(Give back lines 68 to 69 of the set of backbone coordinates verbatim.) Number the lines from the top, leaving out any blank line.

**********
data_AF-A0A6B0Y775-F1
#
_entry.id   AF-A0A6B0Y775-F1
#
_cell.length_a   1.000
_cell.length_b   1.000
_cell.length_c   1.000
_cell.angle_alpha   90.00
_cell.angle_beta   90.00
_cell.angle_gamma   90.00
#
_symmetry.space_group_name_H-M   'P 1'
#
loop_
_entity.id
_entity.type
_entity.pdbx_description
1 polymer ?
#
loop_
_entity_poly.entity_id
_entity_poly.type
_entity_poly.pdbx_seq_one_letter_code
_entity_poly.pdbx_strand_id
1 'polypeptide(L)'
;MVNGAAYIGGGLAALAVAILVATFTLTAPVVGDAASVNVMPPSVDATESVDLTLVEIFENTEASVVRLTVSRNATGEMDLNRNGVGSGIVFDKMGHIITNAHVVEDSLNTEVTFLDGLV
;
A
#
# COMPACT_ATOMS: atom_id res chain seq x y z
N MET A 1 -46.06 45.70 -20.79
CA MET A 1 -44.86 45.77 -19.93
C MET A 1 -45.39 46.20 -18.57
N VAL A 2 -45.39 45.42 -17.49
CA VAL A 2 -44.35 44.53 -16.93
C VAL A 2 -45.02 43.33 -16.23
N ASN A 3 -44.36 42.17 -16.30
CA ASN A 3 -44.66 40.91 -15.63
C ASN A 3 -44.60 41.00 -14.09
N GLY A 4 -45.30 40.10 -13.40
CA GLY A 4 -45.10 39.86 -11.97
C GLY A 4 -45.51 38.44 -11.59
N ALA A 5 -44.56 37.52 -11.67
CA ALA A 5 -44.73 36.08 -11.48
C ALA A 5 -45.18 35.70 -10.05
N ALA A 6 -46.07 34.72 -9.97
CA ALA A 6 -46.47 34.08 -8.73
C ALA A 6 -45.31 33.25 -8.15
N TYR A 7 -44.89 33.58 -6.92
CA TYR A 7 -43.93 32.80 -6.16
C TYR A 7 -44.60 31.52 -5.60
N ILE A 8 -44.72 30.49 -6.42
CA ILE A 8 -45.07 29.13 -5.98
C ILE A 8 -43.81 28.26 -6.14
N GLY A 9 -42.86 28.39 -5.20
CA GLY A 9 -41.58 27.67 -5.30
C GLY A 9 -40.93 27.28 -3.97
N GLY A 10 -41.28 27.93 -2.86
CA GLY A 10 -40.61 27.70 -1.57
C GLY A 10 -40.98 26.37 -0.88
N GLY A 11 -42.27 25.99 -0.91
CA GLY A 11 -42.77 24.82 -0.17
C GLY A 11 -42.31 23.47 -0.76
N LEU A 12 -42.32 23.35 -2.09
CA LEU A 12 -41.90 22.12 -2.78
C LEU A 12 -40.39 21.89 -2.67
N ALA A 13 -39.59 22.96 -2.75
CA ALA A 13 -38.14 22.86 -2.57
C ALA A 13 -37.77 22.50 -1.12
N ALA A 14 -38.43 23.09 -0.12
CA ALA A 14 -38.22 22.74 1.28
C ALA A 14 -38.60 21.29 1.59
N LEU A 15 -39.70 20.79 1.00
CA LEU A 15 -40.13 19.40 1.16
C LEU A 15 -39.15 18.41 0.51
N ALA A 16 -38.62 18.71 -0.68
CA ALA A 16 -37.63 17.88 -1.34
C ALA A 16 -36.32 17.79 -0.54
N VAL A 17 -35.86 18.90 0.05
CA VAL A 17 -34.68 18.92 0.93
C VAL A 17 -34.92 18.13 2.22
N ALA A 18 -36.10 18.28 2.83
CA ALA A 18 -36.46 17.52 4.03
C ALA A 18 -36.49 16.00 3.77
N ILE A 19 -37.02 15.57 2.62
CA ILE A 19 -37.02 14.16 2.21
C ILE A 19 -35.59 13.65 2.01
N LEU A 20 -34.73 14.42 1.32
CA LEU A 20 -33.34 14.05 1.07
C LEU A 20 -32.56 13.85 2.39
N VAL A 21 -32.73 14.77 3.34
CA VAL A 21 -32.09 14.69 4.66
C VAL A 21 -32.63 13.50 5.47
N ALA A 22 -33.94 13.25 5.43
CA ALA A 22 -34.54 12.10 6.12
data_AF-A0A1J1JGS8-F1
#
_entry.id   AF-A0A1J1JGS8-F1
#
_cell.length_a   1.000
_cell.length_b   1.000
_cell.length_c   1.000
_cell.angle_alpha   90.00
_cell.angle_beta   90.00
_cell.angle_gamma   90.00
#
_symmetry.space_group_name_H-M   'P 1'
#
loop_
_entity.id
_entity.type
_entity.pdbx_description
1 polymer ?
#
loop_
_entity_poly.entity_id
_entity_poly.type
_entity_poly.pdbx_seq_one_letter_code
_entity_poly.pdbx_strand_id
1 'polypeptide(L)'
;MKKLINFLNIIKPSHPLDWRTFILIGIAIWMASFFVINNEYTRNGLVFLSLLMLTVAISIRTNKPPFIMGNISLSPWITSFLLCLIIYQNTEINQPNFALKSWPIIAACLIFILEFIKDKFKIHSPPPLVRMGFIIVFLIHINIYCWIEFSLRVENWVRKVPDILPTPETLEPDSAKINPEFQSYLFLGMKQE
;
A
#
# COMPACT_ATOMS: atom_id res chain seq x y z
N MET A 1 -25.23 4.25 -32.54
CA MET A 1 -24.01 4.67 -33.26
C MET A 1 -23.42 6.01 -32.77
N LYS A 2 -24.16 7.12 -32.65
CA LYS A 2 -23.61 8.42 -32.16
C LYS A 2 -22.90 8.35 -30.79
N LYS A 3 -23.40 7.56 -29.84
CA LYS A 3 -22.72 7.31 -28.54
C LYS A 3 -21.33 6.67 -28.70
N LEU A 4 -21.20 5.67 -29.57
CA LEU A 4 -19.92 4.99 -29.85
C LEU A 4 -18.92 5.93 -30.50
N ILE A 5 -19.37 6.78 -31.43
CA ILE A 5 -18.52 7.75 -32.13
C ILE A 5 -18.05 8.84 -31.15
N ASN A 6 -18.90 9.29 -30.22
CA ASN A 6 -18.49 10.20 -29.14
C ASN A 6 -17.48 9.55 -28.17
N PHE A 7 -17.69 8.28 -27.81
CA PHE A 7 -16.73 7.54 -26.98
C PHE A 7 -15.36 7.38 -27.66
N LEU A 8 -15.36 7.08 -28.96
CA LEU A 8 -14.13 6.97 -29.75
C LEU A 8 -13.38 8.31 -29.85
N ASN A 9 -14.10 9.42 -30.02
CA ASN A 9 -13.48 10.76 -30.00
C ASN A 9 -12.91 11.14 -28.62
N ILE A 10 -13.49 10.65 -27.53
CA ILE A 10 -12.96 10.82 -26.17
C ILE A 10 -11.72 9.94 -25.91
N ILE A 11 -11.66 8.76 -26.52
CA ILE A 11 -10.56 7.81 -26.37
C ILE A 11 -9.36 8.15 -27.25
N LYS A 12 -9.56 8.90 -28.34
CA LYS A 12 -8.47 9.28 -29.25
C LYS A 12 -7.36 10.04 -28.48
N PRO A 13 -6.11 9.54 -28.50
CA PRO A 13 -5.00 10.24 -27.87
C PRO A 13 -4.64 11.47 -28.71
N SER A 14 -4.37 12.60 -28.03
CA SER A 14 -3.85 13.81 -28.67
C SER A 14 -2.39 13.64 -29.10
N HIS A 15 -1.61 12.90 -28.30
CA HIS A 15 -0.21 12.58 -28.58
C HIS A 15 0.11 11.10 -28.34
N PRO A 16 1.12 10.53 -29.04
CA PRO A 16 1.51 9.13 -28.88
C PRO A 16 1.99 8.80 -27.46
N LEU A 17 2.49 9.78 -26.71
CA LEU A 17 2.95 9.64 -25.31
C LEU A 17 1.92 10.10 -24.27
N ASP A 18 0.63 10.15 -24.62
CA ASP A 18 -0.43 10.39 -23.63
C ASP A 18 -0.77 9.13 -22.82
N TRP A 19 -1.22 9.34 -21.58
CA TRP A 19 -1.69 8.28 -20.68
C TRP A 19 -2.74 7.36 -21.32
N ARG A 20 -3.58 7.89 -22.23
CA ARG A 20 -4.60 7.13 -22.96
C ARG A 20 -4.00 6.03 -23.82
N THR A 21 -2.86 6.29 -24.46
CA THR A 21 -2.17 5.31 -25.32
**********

CA ALA A 13 -38.14 22.86 -2.57
C ALA A 13 -37.77 22.50 -1.12